The Cornell Maple Program has been working on developing athletics-oriented maple products for several years. Our latest work has led to a “maple sports drink,” a hydrating, nourishing electrolyte-replacement beverage that meets the same nutritional standards as Gatorade and Powerade.
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The Cornell Maple Program has been working on adapting gourmet marshmallow procedures for a recipe that uses maple as the only sweetener, and the results pack a lot of maple flavor.
During the 2021 season, the UVM Proctor Center tested SapSpy (www.sapspy.com), a relatively new entrant in the sugarbush monitoring field.
Maple producers know that when the temperature starts to rise in the spring, sap flows can’t be far behind. But when the weather starts to warm early in the spring and temperatures seem favorable for good sap flows, they are sometimes left wondering why the sap hasn’t started to run. There are several explanations for the disconnect between warm air temperature and a lack of flow during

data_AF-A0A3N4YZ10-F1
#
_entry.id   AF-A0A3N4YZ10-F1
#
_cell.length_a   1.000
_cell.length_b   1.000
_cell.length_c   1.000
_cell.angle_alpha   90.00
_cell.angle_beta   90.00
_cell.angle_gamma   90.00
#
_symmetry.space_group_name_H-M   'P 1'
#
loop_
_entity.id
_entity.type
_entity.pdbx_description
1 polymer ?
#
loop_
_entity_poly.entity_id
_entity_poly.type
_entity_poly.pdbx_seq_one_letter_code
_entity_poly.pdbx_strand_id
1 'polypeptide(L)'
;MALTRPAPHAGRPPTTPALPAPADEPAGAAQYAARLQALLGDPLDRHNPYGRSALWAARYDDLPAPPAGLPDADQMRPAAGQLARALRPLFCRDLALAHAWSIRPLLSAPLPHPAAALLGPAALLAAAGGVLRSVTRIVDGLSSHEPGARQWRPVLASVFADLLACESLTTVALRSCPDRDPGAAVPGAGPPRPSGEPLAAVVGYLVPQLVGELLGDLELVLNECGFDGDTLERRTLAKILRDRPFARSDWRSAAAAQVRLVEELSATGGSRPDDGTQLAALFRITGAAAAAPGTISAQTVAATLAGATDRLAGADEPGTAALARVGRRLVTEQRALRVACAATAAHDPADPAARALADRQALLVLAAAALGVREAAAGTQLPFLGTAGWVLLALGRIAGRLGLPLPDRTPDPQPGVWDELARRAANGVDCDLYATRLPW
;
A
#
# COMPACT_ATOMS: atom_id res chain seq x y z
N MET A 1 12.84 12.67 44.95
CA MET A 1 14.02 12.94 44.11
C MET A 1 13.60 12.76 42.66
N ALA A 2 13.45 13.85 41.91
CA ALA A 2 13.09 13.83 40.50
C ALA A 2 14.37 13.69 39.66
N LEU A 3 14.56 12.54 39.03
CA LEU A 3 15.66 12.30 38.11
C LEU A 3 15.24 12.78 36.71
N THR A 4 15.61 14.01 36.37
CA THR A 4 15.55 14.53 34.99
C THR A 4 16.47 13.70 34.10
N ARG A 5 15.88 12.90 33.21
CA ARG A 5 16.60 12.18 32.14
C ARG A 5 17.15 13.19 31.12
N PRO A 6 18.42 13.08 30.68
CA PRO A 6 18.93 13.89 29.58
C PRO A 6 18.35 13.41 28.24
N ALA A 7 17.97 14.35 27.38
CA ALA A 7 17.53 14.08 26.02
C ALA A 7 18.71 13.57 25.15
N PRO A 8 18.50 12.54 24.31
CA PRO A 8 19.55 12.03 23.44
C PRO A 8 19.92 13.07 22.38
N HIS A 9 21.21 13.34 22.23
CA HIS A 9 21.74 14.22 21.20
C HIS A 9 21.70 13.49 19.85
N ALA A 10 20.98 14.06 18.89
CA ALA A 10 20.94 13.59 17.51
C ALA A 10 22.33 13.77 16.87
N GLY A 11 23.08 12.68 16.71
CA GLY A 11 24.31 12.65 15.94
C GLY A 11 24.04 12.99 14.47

the early season.
Explains how sap flows in trees and the impact that tapping has on subsequent years’ sap flow.
Changes in the amount of sugar in maple sap vary within a sap run, from day to day, throughout the season, and from year to year.
Increasing the yield of sap from maple trees is the goal of most maple producers. While getting there isn’t a matter of one simple thing, by
following best management practices and paying attention to detail it is possible to increase sap yields, often quite dramatically. Includes links to videos.
Three-year study finds little payoff in sap yield for sugarmakers who tap in the fall.
Increasing the yield of sap from maple trees is the goal of most maple producers. While getting there isnÕt a matter of one simple thing, by following best management practices and paying attention to detail it is possible to increase sap yields, often quite dramatically.
By tapping the trees for sap collection, it may be possible to create value from the beech trees in your forest.